Play the Glass Menagerie by

SAMPLE EXCERPT:

By the final scene in the play, Tom has physically left his mother and sister, but he cannot escape the memory of his sister. In the play, Laura has a physical disability. This disability symbolizes her inability to escape from her mother and the life they are destined to live together. Tom knows he cannot save his sister from this, and it breaks his heart, but he knows he cannot stay either. Like his father before him, Tom must leave, and he does. However, he feels real anguish for his sister. Just as the father sends his family a postcard that says "Hello- good bye," Tom is haunted by remembering his sister so intently that he feels as if she is there, but realizes he must tell her goodbye. The candles in this speech refer to the candles Laura's one gentleman caller lit when the lights went out. For a short period of time, Laura charmed a young man, but reality intruded: he was already engaged. When Laura realized the scene was a charade, she blew the candles out. Blowing out the candles also symbolizes Tom's leaving. With Tom leaving, the light has gone out of Laura's life, along with any hope of escape or a life of her own. (Cardullo, 1997) Tom says,

The cities swept about me like dead leaves, leaves that were brightly colored but torn away from the branches. I would have stopped but I was pursued by something. It always came upon me unawares, taking me altogether by surprise.... Then all at once my sister touches my shoulder. I turn around and look into her eyes. Oh, Laura, Laura, I tried to leave you behind me, but I am more faithful than I intended to be! I reach for a cigarette, I cross the street, I run into the movies or bar, I buy a drink, I speak to the nearest stranger -- anything that can blow your candles out! For nowadays the world is lit by lightning! Blow out your candles, Laura -- and so goodbye...." ("The Glass Menagerie," Scene 7)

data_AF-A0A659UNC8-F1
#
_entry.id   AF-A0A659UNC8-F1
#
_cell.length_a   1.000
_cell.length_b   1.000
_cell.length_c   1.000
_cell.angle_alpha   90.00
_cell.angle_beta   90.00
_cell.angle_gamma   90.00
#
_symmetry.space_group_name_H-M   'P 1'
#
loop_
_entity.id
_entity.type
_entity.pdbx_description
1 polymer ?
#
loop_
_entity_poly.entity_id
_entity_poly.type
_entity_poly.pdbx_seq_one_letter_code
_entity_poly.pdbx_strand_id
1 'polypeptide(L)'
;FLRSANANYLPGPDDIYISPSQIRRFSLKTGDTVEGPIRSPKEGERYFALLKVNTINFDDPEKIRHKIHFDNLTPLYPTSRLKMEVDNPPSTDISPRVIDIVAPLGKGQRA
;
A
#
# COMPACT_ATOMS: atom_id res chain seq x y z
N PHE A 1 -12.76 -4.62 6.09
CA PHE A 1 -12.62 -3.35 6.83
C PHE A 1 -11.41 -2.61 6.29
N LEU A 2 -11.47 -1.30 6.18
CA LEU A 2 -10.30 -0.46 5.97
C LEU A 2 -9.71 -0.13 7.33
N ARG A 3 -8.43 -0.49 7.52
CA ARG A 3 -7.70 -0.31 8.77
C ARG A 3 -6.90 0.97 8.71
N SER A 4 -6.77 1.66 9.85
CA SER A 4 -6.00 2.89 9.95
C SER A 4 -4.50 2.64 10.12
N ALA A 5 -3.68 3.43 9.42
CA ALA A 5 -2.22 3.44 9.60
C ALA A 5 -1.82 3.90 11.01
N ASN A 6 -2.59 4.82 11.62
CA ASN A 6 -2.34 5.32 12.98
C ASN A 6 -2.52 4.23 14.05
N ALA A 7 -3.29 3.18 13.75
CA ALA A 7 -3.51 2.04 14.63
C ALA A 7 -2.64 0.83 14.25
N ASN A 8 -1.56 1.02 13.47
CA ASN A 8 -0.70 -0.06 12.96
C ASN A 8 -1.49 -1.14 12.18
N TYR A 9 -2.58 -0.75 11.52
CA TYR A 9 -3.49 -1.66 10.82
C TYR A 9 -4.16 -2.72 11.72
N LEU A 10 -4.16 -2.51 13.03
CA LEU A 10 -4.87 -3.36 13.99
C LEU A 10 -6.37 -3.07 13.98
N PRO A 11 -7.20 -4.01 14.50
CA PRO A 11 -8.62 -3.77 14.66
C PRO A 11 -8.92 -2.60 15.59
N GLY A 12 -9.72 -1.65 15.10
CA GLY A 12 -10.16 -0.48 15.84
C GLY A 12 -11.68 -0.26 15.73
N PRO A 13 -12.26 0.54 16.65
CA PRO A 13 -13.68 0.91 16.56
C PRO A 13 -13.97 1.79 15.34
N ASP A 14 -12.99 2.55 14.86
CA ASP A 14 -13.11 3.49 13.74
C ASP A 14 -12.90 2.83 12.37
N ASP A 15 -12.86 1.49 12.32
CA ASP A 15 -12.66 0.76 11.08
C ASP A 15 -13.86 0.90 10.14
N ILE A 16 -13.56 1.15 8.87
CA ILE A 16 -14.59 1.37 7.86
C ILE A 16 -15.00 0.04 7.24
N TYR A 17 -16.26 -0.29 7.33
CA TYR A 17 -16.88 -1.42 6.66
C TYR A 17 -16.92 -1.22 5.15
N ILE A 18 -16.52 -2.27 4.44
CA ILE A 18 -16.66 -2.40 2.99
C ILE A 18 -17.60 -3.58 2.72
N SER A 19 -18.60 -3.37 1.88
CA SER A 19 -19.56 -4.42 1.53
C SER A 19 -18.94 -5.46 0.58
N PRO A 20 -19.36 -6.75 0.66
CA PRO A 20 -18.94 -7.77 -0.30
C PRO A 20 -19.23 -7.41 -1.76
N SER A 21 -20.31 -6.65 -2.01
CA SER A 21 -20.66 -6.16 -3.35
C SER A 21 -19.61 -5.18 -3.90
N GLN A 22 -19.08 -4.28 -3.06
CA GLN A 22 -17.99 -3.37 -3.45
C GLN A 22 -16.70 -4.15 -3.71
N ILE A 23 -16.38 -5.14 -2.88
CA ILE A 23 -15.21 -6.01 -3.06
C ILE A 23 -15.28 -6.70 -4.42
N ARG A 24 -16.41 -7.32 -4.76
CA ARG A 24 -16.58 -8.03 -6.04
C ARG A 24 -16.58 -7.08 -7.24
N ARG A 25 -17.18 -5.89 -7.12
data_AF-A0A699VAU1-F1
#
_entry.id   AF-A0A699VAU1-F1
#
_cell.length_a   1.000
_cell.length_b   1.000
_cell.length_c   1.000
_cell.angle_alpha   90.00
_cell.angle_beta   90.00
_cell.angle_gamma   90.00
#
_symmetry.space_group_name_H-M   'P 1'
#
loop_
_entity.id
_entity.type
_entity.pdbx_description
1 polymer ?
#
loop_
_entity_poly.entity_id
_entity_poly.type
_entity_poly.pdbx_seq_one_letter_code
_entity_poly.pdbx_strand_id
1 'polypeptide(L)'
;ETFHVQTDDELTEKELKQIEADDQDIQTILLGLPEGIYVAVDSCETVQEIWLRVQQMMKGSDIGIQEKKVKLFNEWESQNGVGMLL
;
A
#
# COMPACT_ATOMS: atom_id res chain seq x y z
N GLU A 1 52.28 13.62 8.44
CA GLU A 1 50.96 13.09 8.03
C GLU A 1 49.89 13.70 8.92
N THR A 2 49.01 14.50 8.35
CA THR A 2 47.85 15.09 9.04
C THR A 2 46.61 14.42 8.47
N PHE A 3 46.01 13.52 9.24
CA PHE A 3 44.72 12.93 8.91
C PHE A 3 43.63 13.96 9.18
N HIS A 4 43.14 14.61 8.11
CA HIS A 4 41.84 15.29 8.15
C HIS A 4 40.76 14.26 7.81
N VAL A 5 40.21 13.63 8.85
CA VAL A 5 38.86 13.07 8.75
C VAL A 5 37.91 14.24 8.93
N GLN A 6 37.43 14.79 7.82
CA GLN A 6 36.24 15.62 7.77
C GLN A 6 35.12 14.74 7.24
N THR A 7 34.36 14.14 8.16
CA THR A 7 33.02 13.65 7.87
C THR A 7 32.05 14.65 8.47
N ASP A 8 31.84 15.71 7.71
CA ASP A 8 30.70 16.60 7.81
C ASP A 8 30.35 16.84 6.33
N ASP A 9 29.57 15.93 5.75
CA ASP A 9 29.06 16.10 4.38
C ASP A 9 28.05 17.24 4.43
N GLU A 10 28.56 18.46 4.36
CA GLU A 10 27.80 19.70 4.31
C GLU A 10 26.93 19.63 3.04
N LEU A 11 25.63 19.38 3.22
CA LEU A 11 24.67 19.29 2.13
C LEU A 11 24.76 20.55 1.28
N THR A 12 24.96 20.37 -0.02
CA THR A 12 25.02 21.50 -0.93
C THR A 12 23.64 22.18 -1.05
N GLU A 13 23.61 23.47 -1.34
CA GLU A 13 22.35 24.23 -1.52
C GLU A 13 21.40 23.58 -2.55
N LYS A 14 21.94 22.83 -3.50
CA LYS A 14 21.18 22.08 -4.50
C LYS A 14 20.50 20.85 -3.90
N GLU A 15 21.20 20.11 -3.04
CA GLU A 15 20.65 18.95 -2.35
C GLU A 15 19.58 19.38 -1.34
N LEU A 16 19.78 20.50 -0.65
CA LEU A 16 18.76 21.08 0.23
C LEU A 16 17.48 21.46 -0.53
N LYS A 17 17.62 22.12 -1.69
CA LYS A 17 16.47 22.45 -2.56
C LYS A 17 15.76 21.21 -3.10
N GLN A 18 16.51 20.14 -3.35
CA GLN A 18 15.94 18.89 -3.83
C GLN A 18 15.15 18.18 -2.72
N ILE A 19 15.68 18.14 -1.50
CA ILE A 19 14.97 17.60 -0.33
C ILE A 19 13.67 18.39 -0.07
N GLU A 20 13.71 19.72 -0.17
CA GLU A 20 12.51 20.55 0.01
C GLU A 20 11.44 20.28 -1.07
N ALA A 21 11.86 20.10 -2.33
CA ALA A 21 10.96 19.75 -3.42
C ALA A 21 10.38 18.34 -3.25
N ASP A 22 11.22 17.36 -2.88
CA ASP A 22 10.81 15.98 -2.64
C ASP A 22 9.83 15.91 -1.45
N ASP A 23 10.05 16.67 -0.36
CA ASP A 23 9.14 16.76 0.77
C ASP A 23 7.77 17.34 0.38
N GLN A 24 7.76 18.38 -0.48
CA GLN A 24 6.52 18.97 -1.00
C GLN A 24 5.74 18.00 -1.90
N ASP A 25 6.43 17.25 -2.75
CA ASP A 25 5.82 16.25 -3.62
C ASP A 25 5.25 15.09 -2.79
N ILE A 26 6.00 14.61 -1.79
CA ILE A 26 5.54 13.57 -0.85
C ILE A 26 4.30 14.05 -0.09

Tom has escaped the reality of living with his mother and sister, but now he is haunted by the memories he carries with him. Who has the better memories - Amanda with her fantasy of seventeen gentlemen callers when she lived in Blue Mountain, Laura with the memory of one kiss from a man who would return to his true love, or Tom, knowing both what he has escaped and what he cannot escape - the memory of his sad and lonely sister? Of the three Wingfields, Tom is the only one who has the possibility of looking forward instead of back, but he seems to not know how to do it. Everywhere he goes he is haunted by his memories, and he does not know if the terrible price he paid of deserting his mother and sister will bring him his dreams of adventure and life as a poet.

Bibliography

Cardullo, Bert. March, 1997.l "The Glass Menagerie." The Explicator, Vol. 55:161-164.

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